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Ecosystem Service Valuation for National Accounting: A Reply to Obst, Hein and Edens (2016)

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While recent experimental frameworks for national ecosystem service accounting have shown substantial progress, in our view some crucial methodological issues remain that deserve further consideration before setting final standards. In response to the landmark work of Obst et al. (Environ Resour Econ 64:1–23, 2016. doi:10.1007/s10640-015-9921-1), we provide arguments with regard to the suitability of particular valuation approaches. Generally, we agree that respective valuation methods need to produce values that are consistent with national accounting standards such as representing exchange values. However, we disagree with their conclusions regarding specific valuation techniques. Firstly, the circumstance that methods used for estimating shadow prices can also be used to derive consumer surplus does not justify the general exclusion of all shadow pricing methods for valuation of ecosystem services for national accounts, especially for public ecosystem services. Secondly, that preference-based methods can also be used to assess welfare changes does not imply that cost-based methods are generally better suited for ecosystem accounting. To the contrary, we see an essential need for preference information in accounting contexts. Thirdly, that accounting standards use a written-down replacement cost approach, does not mean ecosystem accounting requires to employ a replacement cost approach. To the contrary, we argue that assessing ecosystem degradation through restoration costs would be in line with writing down depreciation, but we also point to its limits.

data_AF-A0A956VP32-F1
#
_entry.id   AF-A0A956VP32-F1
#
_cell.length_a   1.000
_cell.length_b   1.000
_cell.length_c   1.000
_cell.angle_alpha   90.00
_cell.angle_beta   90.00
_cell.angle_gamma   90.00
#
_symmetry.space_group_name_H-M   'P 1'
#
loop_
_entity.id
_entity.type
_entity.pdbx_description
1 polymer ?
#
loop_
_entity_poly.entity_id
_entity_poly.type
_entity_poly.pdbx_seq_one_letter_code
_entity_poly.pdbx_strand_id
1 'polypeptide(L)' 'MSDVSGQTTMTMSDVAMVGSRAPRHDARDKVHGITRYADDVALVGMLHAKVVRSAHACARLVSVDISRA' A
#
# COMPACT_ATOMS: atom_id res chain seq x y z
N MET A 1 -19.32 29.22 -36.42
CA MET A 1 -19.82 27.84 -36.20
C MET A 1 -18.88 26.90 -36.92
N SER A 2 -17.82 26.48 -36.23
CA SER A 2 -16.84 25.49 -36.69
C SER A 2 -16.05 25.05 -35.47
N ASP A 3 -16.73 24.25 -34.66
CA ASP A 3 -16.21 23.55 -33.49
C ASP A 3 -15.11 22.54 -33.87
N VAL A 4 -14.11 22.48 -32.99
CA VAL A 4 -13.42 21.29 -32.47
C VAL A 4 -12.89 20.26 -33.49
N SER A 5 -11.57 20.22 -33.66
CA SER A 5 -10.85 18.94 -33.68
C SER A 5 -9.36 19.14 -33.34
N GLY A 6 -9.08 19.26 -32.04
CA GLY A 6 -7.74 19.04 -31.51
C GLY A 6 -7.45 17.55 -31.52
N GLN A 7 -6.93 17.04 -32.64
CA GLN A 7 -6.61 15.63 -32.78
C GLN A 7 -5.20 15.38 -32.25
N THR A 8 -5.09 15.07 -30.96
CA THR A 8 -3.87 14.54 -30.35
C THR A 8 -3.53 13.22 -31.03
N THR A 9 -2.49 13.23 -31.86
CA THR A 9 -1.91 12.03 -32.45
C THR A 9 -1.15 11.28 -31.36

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  1. A compatible market price proxy “is such that the revealed prices reflect the truthful responses of the market participants” (United Nations et al. 2014a, para. 5.44). Despite the focus on \({ revealed}\) prices in this sentence, we read this paragraph not against but in favor of SP methods since it is elsewhere stated that SP methods can be suitable (cf. United Nations et al. 2014b, para. 5.107).

  2. Note, however, that in a non-accounting world the economic replacement cost valuation technique for ecosystem services is based on the cost of replacing the services with a man-made alternative (and human inputs)—which implies substitutability and is a different concept than measuring the depreciation through changes in written-down replacement costs.

  3. See Defra and ONS (2014, p. 16) for a similar perspective.

  4. This is already reflected to some extent in the different framing for consumption of capital assets: man-made capital depreciates due to use (Vanoli 2005, p. 327), non-renewable natural capital depletes due to extraction (Edens 2012), and renewable natural capital only degrades when overused (MEA 2005).



Discrete choice experiment


Consumer surplus


Contingent valuation


Millennium ecosystem assessment


System of environmental economic accounting


SEEA 2012 experimental ecosystem accounting


System of national accounts


Stated preference


The economics of ecosystems and biodiversity


United Kingdom of Great Britain and Northern Ireland


United Nations


Willingness to pay


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We thank Jasper Meya and our colleagues at the Department of Economics at the UFZ - Helmholtz Centre for Environmental Research for helpful discussions. Furthermore, we are grateful for the comments of two anonymous referees which helped greatly to improve our manuscript. Any remaining errors remain our sole responsibility.

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Correspondence to Nils Droste.

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Droste, N., Bartkowski, B. Ecosystem Service Valuation for National Accounting: A Reply to Obst, Hein and Edens (2016). Environ Resource Econ 71, 205–215 (2018).

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